I have no doubt you find both types of stories valuable, you’re an incredibly genuine person. But when it comes to the politics of the situation, you’re just not going to hear them without going to the people.

    And even then, I think a lot of people are scared to tell that story. When they do, after all, they’re called “morally reprehensible”… or worse. It’s assumed they have never struggled with health care costs, etc.

    Funny, I’ve never seen “reprehensible” listed in a thesaurus as an alternative to “different”. We’d better run and tell the Buddhists that they’re reprehensible. And the Muslims. And the Taoists. And the Hindus. And… well, I think you get my point. 😉

  23. I actually do find all sides of the stories interesting, even those who oppose health care reform for whatever irrational reason. Despite what some Canadians tout as their wonderful medical system, I also hear stories of patients waiting months to see a doctor. I can understand the fear that some have, especially those who worked hard to get where they are, about “socializing” medicine and how it would affect their health care. I think America DOES have the most sophisticated health care and equipment in the world, but only those who are well-covered get to use it. I think if everyone understood where the other was coming from, it would be better.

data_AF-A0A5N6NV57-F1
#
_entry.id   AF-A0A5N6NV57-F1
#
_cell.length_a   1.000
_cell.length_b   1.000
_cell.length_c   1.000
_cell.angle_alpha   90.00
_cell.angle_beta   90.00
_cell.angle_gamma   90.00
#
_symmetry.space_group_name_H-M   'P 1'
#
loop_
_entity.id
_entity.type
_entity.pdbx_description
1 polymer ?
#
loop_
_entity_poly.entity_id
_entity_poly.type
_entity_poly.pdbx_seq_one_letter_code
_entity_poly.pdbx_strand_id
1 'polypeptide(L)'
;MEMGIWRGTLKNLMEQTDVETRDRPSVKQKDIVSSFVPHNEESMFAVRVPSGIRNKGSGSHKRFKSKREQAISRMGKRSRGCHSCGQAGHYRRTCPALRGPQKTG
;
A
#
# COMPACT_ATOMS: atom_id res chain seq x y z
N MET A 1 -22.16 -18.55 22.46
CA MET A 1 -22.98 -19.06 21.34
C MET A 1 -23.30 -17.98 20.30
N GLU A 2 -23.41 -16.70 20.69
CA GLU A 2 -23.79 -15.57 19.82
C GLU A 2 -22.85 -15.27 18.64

24. In your last comment you alluded to something I’ve heard referenced before which is that America has the best health care for wealthy or well-covered people. I’ve been wondering recently how much the rest of the world, particularly the countries with government-provided health care, benefit from the high end advancements allowed by the private (and expensive) system in the US.

    I think it is a reasonable concern that moving to government run health care system has a large risk of greatly reducing the amount of innovation that occurs in the health care field. The evidence of how well it has worked for other countries doesn’t mean much if they are simply benefiting from innovation that occurs in other countries.

    I honestly have no idea if this is truly a valid concern or not.

  25. In my opinion, because Iive in a third-world country health care and insurance is also exaggeratedly overpriced. You can see people rallying because of the main reason that is lowering their income tax from 32%. I don’t believe the hype because one way or another these politician’s concern isn’t really service, it’s their egos and they have the NERVE, to tell the people that they love serving them. Well, to rip them off mainly.